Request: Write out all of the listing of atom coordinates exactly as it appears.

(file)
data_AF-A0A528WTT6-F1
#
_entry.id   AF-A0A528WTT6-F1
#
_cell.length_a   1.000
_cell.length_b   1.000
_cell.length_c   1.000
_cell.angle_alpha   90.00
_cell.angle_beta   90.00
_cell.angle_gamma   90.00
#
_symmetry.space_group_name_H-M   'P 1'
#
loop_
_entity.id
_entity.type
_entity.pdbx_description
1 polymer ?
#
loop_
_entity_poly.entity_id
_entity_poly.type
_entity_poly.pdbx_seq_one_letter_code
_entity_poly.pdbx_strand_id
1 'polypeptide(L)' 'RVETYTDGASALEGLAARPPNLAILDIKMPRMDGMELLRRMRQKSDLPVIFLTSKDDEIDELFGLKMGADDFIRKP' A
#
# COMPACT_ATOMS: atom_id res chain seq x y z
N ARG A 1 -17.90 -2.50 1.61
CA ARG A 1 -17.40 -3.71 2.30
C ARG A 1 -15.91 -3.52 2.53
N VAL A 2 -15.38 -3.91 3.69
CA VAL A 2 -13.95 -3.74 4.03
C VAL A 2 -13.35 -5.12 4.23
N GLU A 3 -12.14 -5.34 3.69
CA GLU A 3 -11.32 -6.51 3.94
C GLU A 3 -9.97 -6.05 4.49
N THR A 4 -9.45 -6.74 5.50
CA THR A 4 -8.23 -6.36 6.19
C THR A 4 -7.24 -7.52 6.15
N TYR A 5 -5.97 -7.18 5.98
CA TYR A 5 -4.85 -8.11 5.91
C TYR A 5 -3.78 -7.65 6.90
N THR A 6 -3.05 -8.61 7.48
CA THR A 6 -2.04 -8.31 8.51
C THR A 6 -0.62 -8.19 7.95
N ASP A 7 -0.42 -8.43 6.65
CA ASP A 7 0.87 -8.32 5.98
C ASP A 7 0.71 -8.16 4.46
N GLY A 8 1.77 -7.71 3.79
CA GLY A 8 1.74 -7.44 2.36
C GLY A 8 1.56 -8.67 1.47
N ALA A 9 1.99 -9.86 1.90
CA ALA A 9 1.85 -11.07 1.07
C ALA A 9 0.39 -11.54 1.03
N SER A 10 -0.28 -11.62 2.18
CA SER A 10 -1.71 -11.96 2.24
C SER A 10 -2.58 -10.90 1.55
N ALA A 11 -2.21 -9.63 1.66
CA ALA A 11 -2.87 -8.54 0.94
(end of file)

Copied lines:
data_AF-A0A528WTT6-F1
#
_entry.id   AF-A0A528WTT6-F1
#
_cell.length_a   1.000
_cell.length_b   1.000
_cell.length_c   1.000
_cell.angle_alpha   90.00
_cell.angle_beta   90.00
_cell.angle_gamma   90.00
#
_symmetry.space_group_name_H-M   'P 1'
#
loop_
_entity.id
_entity.type
_entity.pdbx_description
1 polymer ?
#
loop_
_entity_poly.entity_id
_entity_poly.type
_entity_poly.pdbx_seq_one_letter_code
_entity_poly.pdbx_strand_id
1 'polypeptide(L)' 'RVETYTDGASALEGLAARPPNLAILDIKMPRMDGMELLRRMRQKSDLPVIFLTSKDDEIDELFGLKMGADDFIRKP' A
#
# COMPACT_ATOMS: atom_id res chain seq x y z
N ARG A 1 -17.90 -2.50 1.61
CA ARG A 1 -17.40 -3.71 2.30
C ARG A 1 -15.91 -3.52 2.53
N VAL A 2 -15.38 -3.91 3.69
CA VAL A 2 -13.95 -3.74 4.03
C VAL A 2 -13.35 -5.12 4.23
N GLU A 3 -12.14 -5.34 3.69
CA GLU A 3 -11.32 -6.51 3.94
C GLU A 3 -9.97 -6.05 4.49
N THR A 4 -9.45 -6.74 5.50
CA THR A 4 -8.23 -6.36 6.19
C THR A 4 -7.24 -7.52 6.15
N TYR A 5 -5.97 -7.18 5.98
CA TYR A 5 -4.85 -8.11 5.91
C TYR A 5 -3.78 -7.65 6.90
N THR A 6 -3.05 -8.61 7.48
CA THR A 6 -2.04 -8.31 8.51
C THR A 6 -0.62 -8.19 7.95
N ASP A 7 -0.42 -8.43 6.65
CA ASP A 7 0.87 -8.32 5.98
C ASP A 7 0.71 -8.16 4.46
N GLY A 8 1.77 -7.71 3.79
CA GLY A 8 1.74 -7.44 2.36
C GLY A 8 1.56 -8.67 1.47
N ALA A 9 1.99 -9.86 1.90
CA ALA A 9 1.85 -11.07 1.07
C ALA A 9 0.39 -11.54 1.03
N SER A 10 -0.28 -11.62 2.18
CA SER A 10 -1.71 -11.96 2.24
C SER A 10 -2.58 -10.90 1.55
N ALA A 11 -2.21 -9.63 1.66
CA ALA A 11 -2.87 -8.54 0.94